Location:Home > NEWS > JewishEncyclopedia.com

JewishEncyclopedia.com

Time:2017-10-04 19:09wine - Red wine life health Click:

JewishEncyclopedia.com

Table of Contents

—Biblical Data:

The juice of the grape is the subject of special praise in the Scriptures. The "vine tree" is distinguished from the other trees in the forest (Ezek. xv. 2). The fig-tree is next in rank to the vine (Deut. viii. 8), though as food the fig is of greater importance (comp. Num. xx. 5) than the "wine which cheereth God and man" (Judges ix. 13; comp. Ps. civ. 15; Eccl. x. 19). Wine is a good stimulant for "such as be faint in the wilderness" (II Sam. xvi. 2), and for "those that be of heavy hearts" (Prov. xxxi. 6).

The goodness of wine is reflected in the figure in which Israel is likened to a vine brought from Egypt and planted in the Holy Land, where it took deep root, spread out, and prospered (Ps. lxxx. 9-11). The blessed wife is like "a fruitful vine by the sides of thy house" (Ps. cxxviii. 3). When peace reigns every man rests "under his vine and under his fig-tree" (I Kings v. 5 [A. V. iv. 25]). An abundance of wine indicates prosperity. Jacob blessed Judah that "he washed his garments in wine and his clothes in the blood of grapes" (Gen. xlix. 11).

Bread as an indispensable food and wine as a luxury represent two extremes; they were used as signs of welcome and good-will to Abraham (Gen. xiv. 18). A libation of wine was part of the ceremonial sacrifices, varying in quantity from one-half to one-fourth of a hin measure (Num. xxviii. 14).

Wine-drinking was generally accompanied by singing (Isa. xxiv. 9). A regular wine-room ("bet ha-yayin") was used (Cant. ii. 4), and wine-cellars ("oẓerot yayin"; I Chron. xxvii. 27) are mentioned. The wine was bottled in vessels termed "nebel" and "nod" (I Sam. i. 24, xvi. 20), made in various shapes from the skins of goats and sheep, and was sold in bath measures. The wine was drunk from a "mizraḳ," or "gabia'" (bowl; Jer. xxxv. 5), or a "kos" (cup). The wine-press was called "gat" and "purah"; while the "yeḳeb" was probably the vat into which the wine flowed from the press. The "vine of Sodom" (Deut. xxxii. 32), which probably grew by the Dead Sea, was the poorest kind. The "vine of the fields" (II Kings iv. 39) was a wild, uncultivated sort, and the "soreḳ" (Isa. v. 2) was the choicest vine, producing dark-colored grapes; in Arabic it is called "suriḳ."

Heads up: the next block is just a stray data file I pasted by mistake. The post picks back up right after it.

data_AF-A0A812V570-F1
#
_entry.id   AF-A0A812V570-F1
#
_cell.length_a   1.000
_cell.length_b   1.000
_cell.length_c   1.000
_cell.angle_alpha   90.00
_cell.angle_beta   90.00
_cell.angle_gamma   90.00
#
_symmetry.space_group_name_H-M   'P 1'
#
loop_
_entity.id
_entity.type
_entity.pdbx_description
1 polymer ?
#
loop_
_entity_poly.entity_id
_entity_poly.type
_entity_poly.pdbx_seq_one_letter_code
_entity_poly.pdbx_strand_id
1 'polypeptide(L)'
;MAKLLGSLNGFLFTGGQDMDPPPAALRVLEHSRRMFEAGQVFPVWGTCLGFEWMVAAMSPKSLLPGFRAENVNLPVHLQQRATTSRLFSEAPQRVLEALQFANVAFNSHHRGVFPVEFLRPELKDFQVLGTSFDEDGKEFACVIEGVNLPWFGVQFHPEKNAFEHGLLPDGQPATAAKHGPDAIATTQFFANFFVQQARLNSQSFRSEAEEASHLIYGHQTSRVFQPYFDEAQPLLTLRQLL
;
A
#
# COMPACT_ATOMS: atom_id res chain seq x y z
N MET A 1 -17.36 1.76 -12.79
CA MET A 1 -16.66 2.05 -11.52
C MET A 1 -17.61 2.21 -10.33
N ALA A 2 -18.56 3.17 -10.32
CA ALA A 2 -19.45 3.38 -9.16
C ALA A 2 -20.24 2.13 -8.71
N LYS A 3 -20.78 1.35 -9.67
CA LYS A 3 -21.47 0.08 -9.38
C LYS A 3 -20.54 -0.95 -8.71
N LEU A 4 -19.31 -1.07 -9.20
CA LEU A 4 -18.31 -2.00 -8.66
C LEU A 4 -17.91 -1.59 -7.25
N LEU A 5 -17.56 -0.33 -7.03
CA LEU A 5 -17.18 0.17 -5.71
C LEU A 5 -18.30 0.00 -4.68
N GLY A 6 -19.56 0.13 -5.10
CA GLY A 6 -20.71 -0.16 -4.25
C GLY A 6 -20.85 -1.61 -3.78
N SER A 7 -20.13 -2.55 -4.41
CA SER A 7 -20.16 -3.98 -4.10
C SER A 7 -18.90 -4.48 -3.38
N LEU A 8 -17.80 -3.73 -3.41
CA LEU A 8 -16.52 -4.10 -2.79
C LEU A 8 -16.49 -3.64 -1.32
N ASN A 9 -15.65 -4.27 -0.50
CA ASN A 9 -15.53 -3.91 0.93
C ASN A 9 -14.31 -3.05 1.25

There were different kinds of wine. "Yayin" was the ordinary matured, fermented wine, "tirosh" was a new wine, and "shekar" was an old, powerful wine ("strong drink"). The red wine was the better and stronger (Ps. lxxv. 9 [A. V. 8]; Prov. xxiii. 31). Perhaps the wine of Helbon (Ezek. xxvii. 18) and the wine of Lebanon (Hos. xiv. 7) were white wines. The vines of Hebron were noted for their large clustersof grapes (Num. xiii. 23). Samaria was the center of vineyards (Jer. xxxi. 5; Micah i. 6), and the Ephraimites were heavy wine-drinkers (Isa. xxviii. 1). There were also "yayin ha-reḳaḥ" (spiced wine; Cant. viii. 2), "ashishah" (hardened sirup of grapes), "shemarim (wine-dregs), and "ḥomeẓ yayin" (vinegar). Some wines were mixed with poisonous substances ("yayin tar'elah"; Ps. lx. 5; comp. lxxv.9, "mesek" [mixture]). The "wine of the condemned" ("yen 'anushim") is wine paid as a forfeit (Amos ii. 8), and "wine of violence" (Prov. iv. 17) is wine obtained by illegal means.

E. G. H. J. D. E.—In Rabbinical Literature:

Wine is called "yayin" because it brings lamentation and wailing ("yelalah" and "wai") into the world, and "tirosh" because one that drinks it habitually is certain to become poor (). R. Kahana said the latter term is written sometimes , and sometimes ; that means, if drunk in moderation it gives leadership ( = "head"); if drunk in excess it leads to poverty (Yoma 76b). "Tirosh" includes all kinds of sweet juices and must, and does not include fermented wine (Tosef., Ned. iv. 3). "Yayin" is to be distinguished from "shekar"; the former is diluted with water ("mazug"); the latter is undiluted ("yayin ḥai"; Num. R. x. 8; comp. Sifre, Num. 23). In Talmudic usage "shekar" means "mead," or "beer," and according to R. Papa, it denotes drinking to satiety and intoxication (Suk. 49b).

In metaphorical usage, wine represents the essence of goodness. The Torah, Jerusalem, Israel, the Messiah, the righteous—all are compared to wine. The wicked are likened unto vinegar, and the good man who turns to wickedness is compared to sour wine. Eleazar b. Simeon was called "Vinegar, the son of Wine" (B. M. 83b). The wine which is kept for the righteous in the world to come has been preserved in the grape ever since the six days of creation (Ber. 34b).

Presses and Receptacles.

The process of making wine began with gathering the grapes into a vat ("gat"). There were vats hewn out of stone, cemented or potter-made vats, and wooden vats ("Ab. Zarah v. 11). Next to the vat was a cistern ("bor"), into which the juice ran through a connecting trough or pipe ("ẓinnor"). Two vats were sometimes connected with one cistern (B. Ḳ. ii. 2). The building containing or adjoining the wine-presses was called "bet ha-gat" (Tosef., Ter. iii. 7). The newly pressed wine was strained through a filter, sometimes in the shape of a funnel ("meshammeret"; Yer. Ter. viii. 3), or through a linen cloth ("sudar"), in order to remove husks, stalks, etc. A wooden roller or beam, fixed into a socket in the wall, was lowered to press the grapes down into the vat (Shab. i. 9; Ṭoh. x. 8).

Copyright infringement? Click Here!

Related reading
Related recommend